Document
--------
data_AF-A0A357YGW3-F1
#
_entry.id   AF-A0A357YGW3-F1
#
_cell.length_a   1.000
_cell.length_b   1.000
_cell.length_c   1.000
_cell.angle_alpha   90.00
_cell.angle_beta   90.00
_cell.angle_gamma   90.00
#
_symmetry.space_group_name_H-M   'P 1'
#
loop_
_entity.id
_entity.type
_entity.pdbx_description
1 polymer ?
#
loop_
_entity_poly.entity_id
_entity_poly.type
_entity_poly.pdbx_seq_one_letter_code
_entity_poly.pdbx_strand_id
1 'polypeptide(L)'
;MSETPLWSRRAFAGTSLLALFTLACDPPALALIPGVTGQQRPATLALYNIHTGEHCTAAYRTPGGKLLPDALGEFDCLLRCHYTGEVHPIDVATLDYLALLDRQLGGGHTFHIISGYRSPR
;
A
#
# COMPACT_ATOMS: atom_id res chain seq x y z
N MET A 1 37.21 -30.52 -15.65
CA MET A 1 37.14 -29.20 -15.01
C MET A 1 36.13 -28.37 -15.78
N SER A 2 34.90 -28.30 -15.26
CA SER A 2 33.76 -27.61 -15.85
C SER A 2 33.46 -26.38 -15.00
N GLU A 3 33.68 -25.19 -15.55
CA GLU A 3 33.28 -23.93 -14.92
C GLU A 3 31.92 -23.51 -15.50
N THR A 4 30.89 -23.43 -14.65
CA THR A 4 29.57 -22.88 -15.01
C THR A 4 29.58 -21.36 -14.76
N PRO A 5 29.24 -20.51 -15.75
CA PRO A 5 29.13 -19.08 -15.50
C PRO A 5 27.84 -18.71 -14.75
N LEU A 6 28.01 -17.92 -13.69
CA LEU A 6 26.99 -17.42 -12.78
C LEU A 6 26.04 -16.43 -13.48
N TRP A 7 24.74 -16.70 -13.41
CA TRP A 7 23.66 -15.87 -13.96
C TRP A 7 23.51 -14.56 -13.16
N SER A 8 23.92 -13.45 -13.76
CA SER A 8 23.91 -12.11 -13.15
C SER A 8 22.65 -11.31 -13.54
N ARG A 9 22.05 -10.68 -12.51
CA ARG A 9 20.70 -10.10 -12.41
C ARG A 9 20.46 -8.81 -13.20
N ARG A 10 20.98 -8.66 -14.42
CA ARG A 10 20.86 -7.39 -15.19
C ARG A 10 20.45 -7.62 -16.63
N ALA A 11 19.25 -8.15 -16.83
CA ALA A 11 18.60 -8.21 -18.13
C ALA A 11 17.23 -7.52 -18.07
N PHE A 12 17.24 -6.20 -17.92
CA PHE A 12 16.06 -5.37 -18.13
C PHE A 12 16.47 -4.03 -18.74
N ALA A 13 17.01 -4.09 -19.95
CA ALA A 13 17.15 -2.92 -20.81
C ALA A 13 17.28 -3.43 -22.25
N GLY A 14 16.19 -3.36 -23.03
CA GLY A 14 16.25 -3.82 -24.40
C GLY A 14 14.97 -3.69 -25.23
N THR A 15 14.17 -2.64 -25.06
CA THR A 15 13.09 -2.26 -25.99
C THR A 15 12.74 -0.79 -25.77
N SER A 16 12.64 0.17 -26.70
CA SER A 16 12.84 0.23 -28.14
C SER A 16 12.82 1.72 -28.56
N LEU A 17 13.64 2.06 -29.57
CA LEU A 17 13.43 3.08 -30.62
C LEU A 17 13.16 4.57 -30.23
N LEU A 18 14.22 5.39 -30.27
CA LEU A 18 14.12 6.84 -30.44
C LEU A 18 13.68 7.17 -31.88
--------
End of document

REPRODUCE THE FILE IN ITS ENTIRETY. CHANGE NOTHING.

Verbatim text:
data_AF-A0A357YGW3-F1
#
_entry.id   AF-A0A357YGW3-F1
#
_cell.length_a   1.000
_cell.length_b   1.000
_cell.length_c   1.000
_cell.angle_alpha   90.00
_cell.angle_beta   90.00
_cell.angle_gamma   90.00
#
_symmetry.space_group_name_H-M   'P 1'
#
loop_
_entity.id
_entity.type
_entity.pdbx_description
1 polymer ?
#
loop_
_entity_poly.entity_id
_entity_poly.type
_entity_poly.pdbx_seq_one_letter_code
_entity_poly.pdbx_strand_id
1 'polypeptide(L)'
;MSETPLWSRRAFAGTSLLALFTLACDPPALALIPGVTGQQRPATLALYNIHTGEHCTAAYRTPGGKLLPDALGEFDCLLRCHYTGEVHPIDVATLDYLALLDRQLGGGHTFHIISGYRSPR
;
A
#
# COMPACT_ATOMS: atom_id res chain seq x y z
N MET A 1 37.21 -30.52 -15.65
CA MET A 1 37.14 -29.20 -15.01
C MET A 1 36.13 -28.37 -15.78
N SER A 2 34.90 -28.30 -15.26
CA SER A 2 33.76 -27.61 -15.85
C SER A 2 33.46 -26.38 -15.00
N GLU A 3 33.68 -25.19 -15.55
CA GLU A 3 33.28 -23.93 -14.92
C GLU A 3 31.92 -23.51 -15.50
N THR A 4 30.89 -23.43 -14.65
CA THR A 4 29.57 -22.88 -15.01
C THR A 4 29.58 -21.36 -14.76
N PRO A 5 29.24 -20.51 -15.75
CA PRO A 5 29.13 -19.08 -15.50
C PRO A 5 27.84 -18.71 -14.75
N LEU A 6 28.01 -17.92 -13.69
CA LEU A 6 26.99 -17.42 -12.78
C LEU A 6 26.04 -16.43 -13.48
N TRP A 7 24.74 -16.70 -13.41
CA TRP A 7 23.66 -15.87 -13.96
C TRP A 7 23.51 -14.56 -13.16
N SER A 8 23.92 -13.45 -13.76
CA SER A 8 23.91 -12.11 -13.15
C SER A 8 22.65 -11.31 -13.54
N ARG A 9 22.05 -10.68 -12.51
CA ARG A 9 20.70 -10.10 -12.41
C ARG A 9 20.46 -8.81 -13.20
N ARG A 10 20.98 -8.66 -14.42
CA ARG A 10 20.86 -7.39 -15.19
C ARG A 10 20.45 -7.62 -16.63
N ALA A 11 19.25 -8.15 -16.83
CA ALA A 11 18.60 -8.21 -18.13
C ALA A 11 17.23 -7.52 -18.07
N PHE A 12 17.24 -6.20 -17.92
CA PHE A 12 16.06 -5.37 -18.13
C PHE A 12 16.47 -4.03 -18.74
N ALA A 13 17.01 -4.09 -19.95
CA ALA A 13 17.15 -2.92 -20.81
C ALA A 13 17.28 -3.43 -22.25
N GLY A 14 16.19 -3.36 -23.03
CA GLY A 14 16.25 -3.82 -24.40
C GLY A 14 14.97 -3.69 -25.23
N THR A 15 14.17 -2.64 -25.06
CA THR A 15 13.09 -2.26 -25.99
C THR A 15 12.74 -0.79 -25.77
N SER A 16 12.64 0.17 -26.70
CA SER A 16 12.84 0.23 -28.14
C SER A 16 12.82 1.72 -28.56
N LEU A 17 13.64 2.06 -29.57
CA LEU A 17 13.43 3.08 -30.62
C LEU A 17 13.16 4.57 -30.23
N LEU A 18 14.22 5.39 -30.27
CA LEU A 18 14.12 6.84 -30.44
C LEU A 18 13.68 7.17 -31.88